Nigella Lawson launches attack on trained chefs in TV comeback
The fightback begins here. Nigella Lawson makes her comeback this week as the champion of Britain’s amateur cooks.
She does so by launching an attack on professional chefs in a new television series beginning on Tuesday.
Miss Lawson’s latest television vehicle The Taste is a competition which essentially combines Masterchef with the X Factor.
The programme, which runs for 10 weeks, sees professional chefs and amateur cooks compete against each other in blind taste testings, presided over by Miss Lawson and two fellow judges.
In the first episode, to be broadcast on Channel 4 on Tuesday, Miss Lawson — described in the show as an “award-winning food writer and culinary superstar” — takes sideswipes at over-elaborate, professional chefs.
“Chefs obviously have a lot of experience, they have got techniques, they have training,” she says in episode one. “But actually home cooks are so used to thinking of food in terms of flavour we are not so easily distracted by trying to do something clever.”
Later in the programme she castigates a professional chef. “This competition is called The Taste and palate is so much more important than dexterity and technical know-how,” she declares.
At another point, Miss Lawson, 53, asks: “Why do people always think home cooks are not good cooks?”
Her insistence that amateurs are often better than professionals drew a sharp rebuke last night. Jason Atherton, a Michelin-starred chef with three critically-acclaimed restaurants in London, said: “I think Nigella is a million miles away from where she needs to be.”
Mr Atherton, widely recognised as one of the best chefs in the country and about to star in My Kitchen Rules, a rival cookery competition on Sky Living, added: “Nigella has never been a professional chef. When people go out to dinner they don’t want just nice tasting pasta with a tomato sauce. These people are paying for Michelin-starred chefs to create an experience.”
The Taste, unlike its BBC rival Masterchef, pits amateurs against professionals.
The series is expected to be a hit, given the headlines attracted by Miss Lawson over the past year, beginning with images of her then husband, Charles Saatchi, with his hands around her throat at a restaurant and ending with an admission in court that she took cocaine.
The American version of The Taste, now on its second series, has already been a success across the Atlantic.
Miss Lawson’s spokesman has said that the television cook has seen her popularity soar despite — or possibly because of — the grilling she received in the witness box at the trial of two sisters found not guilty of fraud.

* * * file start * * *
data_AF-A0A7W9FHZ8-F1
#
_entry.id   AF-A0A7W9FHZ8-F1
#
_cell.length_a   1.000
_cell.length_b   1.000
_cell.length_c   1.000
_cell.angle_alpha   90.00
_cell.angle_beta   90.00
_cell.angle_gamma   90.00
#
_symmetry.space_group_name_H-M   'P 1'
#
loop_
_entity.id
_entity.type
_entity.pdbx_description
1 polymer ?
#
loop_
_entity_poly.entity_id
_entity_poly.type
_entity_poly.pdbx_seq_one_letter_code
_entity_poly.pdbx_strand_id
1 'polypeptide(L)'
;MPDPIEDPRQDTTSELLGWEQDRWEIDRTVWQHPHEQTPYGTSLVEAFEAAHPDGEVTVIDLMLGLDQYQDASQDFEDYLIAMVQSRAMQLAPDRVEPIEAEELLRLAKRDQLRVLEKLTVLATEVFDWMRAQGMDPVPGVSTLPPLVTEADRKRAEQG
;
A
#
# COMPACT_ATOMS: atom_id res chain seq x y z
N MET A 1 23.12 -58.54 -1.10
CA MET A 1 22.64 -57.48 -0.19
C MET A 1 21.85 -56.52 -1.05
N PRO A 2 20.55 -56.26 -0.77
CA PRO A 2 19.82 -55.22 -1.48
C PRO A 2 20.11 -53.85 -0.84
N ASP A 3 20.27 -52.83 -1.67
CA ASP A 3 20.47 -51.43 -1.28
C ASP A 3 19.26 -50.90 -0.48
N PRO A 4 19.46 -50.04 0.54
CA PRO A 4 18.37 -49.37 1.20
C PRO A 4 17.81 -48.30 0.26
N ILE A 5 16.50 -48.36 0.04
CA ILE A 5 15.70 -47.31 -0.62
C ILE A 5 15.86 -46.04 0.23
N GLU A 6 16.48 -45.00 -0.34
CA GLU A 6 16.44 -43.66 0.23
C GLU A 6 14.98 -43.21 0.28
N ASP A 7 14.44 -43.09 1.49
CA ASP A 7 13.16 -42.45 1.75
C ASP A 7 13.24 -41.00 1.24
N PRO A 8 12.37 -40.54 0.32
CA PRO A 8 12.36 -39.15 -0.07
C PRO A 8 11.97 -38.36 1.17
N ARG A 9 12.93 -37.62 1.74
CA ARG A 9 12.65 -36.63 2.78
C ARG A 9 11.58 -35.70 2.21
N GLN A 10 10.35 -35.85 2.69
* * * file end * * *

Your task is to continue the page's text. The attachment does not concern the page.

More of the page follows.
Miss Lawson has been widely perceived as the victim of a feud with her ex-husband and her admission that on very rare occasions she took cocaine at difficult times in her life has apparently not harmed her standing.
The first episode of The Taste begins with X Factor-style auditions in which 25 competitors — a mix of professionals and amateurs — compete to reach the final 12 and the knockout stage.
Half have “no professional experience” but fare as well as — if not better than — their trained rivals. Miss Lawson and her fellow judges — Anthony Bourdain and Ludo Lefebvre — each pick four contestants to mentor. One is then knocked out each week before the final.
It is fair to say that Miss Lawson appears to favour amateur cooks, even without knowing who are amateurs and who are professionals. At one point in the first episode, she picks for her team a “home cook” over an executive chef in a top London restaurant.
The programme also differs from Masterchef in that the judges blind taste the food which is served to them only on a spoon. They have no idea who has served the food.
“My life is in this spoon,” declares Kelly, 32, a cookery teacher from Bristol, the first contestant in the opening episode. She served tea-smoked duck breast, sprouts, pickled cherries and chocolate.
Readers of Private Eye familiar with its spoof column “Me and My Spoon” might recoil while viewers will have to tune in to see if Kelly is picked by Miss Lawson.
Last week, in her first television interview to publicise the US version of The Taste, Miss Lawson said of her court ordeal: “My only desire, really, was to protect my children as much as possible which, alas, I couldn’t always do.
“To have not only your private life but distortions of your private life put on display is mortifying, but there are people going through an awful lot worse.”
“The Taste” will be broadcast on Tuesdays at 9pm from January 7 on Channel 4.